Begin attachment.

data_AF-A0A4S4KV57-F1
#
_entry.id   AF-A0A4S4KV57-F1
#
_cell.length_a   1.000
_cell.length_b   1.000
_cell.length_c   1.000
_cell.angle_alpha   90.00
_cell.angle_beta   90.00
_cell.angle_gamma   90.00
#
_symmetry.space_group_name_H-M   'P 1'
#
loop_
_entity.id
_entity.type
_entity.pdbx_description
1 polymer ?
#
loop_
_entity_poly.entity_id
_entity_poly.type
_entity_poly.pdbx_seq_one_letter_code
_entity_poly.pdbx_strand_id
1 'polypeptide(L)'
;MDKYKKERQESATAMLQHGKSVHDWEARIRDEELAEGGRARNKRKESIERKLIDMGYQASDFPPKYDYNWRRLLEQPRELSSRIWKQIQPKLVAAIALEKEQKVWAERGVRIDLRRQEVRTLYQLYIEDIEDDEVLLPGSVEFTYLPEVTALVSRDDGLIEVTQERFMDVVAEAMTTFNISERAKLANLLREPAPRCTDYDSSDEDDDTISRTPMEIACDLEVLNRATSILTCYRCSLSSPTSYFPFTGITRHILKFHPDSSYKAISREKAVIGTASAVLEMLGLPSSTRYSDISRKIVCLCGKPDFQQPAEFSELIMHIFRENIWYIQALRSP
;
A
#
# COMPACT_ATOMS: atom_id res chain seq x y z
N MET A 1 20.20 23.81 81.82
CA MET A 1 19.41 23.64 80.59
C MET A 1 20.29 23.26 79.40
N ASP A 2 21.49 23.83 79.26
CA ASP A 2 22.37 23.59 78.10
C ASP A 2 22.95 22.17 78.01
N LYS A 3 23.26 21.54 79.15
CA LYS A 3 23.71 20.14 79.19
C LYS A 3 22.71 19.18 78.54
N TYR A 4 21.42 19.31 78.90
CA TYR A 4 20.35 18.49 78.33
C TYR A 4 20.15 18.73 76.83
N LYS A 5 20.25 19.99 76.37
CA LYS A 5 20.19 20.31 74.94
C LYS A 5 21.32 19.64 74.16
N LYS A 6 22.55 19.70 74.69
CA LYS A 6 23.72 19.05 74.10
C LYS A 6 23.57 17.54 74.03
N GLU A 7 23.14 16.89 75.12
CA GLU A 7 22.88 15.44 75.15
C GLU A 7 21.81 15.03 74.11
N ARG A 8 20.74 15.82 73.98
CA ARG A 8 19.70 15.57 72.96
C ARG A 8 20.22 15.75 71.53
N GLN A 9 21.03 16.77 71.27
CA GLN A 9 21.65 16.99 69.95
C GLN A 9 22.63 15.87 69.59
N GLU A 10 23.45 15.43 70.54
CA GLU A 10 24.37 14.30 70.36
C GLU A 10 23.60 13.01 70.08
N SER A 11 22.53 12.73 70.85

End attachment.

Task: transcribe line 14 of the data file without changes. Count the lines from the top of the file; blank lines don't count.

loop_